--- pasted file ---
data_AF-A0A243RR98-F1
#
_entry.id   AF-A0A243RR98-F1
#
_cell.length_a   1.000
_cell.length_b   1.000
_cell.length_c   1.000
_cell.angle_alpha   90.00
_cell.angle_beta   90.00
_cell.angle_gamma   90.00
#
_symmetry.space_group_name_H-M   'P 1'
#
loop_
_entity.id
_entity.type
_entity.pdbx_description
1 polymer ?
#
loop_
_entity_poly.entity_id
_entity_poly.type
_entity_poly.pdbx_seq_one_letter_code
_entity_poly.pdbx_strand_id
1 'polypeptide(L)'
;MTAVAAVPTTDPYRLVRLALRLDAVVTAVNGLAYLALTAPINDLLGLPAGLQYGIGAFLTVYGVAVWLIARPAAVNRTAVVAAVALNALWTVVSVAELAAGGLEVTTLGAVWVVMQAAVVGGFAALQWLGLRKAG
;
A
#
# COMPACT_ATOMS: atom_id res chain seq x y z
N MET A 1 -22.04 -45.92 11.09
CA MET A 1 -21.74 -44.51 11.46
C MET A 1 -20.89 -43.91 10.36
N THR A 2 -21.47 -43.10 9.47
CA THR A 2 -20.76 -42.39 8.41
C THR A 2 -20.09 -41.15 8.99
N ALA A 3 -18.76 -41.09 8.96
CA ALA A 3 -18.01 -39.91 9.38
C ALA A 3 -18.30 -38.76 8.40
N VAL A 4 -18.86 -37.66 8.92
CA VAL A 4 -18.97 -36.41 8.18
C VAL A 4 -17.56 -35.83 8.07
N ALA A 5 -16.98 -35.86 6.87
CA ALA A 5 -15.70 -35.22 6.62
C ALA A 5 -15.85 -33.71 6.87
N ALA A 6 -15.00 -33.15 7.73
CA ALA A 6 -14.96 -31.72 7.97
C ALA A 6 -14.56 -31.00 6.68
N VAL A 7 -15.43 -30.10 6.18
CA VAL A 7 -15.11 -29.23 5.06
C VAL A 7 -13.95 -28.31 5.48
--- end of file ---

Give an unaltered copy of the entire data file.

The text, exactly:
data_AF-A0A243RR98-F1
#
_entry.id   AF-A0A243RR98-F1
#
_cell.length_a   1.000
_cell.length_b   1.000
_cell.length_c   1.000
_cell.angle_alpha   90.00
_cell.angle_beta   90.00
_cell.angle_gamma   90.00
#
_symmetry.space_group_name_H-M   'P 1'
#
loop_
_entity.id
_entity.type
_entity.pdbx_description
1 polymer ?
#
loop_
_entity_poly.entity_id
_entity_poly.type
_entity_poly.pdbx_seq_one_letter_code
_entity_poly.pdbx_strand_id
1 'polypeptide(L)'
;MTAVAAVPTTDPYRLVRLALRLDAVVTAVNGLAYLALTAPINDLLGLPAGLQYGIGAFLTVYGVAVWLIARPAAVNRTAVVAAVALNALWTVVSVAELAAGGLEVTTLGAVWVVMQAAVVGGFAALQWLGLRKAG
;
A
#
# COMPACT_ATOMS: atom_id res chain seq x y z
N MET A 1 -22.04 -45.92 11.09
CA MET A 1 -21.74 -44.51 11.46
C MET A 1 -20.89 -43.91 10.36
N THR A 2 -21.47 -43.10 9.47
CA THR A 2 -20.76 -42.39 8.41
C THR A 2 -20.09 -41.15 8.99
N ALA A 3 -18.76 -41.09 8.96
CA ALA A 3 -18.01 -39.91 9.38
C ALA A 3 -18.30 -38.76 8.40
N VAL A 4 -18.86 -37.66 8.92
CA VAL A 4 -18.97 -36.41 8.18
C VAL A 4 -17.56 -35.83 8.07
N ALA A 5 -16.98 -35.86 6.87
CA ALA A 5 -15.70 -35.22 6.62
C ALA A 5 -15.85 -33.71 6.87
N ALA A 6 -15.00 -33.15 7.73
CA ALA A 6 -14.96 -31.72 7.97
C ALA A 6 -14.56 -31.00 6.68
N VAL A 7 -15.43 -30.10 6.18
CA VAL A 7 -15.11 -29.23 5.06
C VAL A 7 -13.95 -28.31 5.48